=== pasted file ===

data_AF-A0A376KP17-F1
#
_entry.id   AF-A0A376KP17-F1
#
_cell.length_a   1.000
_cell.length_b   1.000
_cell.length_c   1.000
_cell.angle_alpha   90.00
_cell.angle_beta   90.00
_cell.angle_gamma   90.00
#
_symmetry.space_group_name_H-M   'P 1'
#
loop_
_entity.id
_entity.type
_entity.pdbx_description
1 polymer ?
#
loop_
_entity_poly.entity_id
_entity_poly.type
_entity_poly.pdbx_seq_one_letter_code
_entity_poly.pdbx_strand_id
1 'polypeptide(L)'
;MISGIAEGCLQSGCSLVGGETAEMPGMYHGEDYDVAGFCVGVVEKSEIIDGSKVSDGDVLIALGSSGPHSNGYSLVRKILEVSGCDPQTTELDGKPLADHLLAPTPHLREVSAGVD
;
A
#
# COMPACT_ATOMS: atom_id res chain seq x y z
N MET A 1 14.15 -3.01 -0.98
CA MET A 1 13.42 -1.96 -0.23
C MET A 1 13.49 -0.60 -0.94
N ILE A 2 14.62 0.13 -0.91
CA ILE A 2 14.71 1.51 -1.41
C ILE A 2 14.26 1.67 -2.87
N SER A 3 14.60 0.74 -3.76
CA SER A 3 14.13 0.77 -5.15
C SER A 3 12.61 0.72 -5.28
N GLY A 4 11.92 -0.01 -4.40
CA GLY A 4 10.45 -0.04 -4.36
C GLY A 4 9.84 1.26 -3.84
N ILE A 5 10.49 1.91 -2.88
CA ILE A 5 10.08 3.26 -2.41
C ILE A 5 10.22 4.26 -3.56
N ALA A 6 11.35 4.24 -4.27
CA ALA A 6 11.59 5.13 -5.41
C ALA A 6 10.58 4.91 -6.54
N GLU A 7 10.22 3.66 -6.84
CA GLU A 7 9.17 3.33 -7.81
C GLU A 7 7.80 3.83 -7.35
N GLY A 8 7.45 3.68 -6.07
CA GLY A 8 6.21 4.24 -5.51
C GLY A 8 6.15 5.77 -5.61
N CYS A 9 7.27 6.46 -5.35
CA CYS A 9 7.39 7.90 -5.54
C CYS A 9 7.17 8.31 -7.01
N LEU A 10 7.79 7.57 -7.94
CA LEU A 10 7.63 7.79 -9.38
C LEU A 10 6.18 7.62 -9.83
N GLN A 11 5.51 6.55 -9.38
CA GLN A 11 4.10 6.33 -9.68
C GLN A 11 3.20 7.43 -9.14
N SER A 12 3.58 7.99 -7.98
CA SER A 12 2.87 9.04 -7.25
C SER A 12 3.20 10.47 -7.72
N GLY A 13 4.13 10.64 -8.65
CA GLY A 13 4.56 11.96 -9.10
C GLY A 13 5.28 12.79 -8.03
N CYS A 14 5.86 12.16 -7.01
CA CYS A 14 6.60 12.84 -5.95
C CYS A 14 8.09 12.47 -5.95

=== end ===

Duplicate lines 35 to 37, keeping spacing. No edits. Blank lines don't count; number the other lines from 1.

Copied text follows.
CA ILE A 2 14.71 1.51 -1.41
C ILE A 2 14.26 1.67 -2.87
N SER A 3 14.60 0.74 -3.76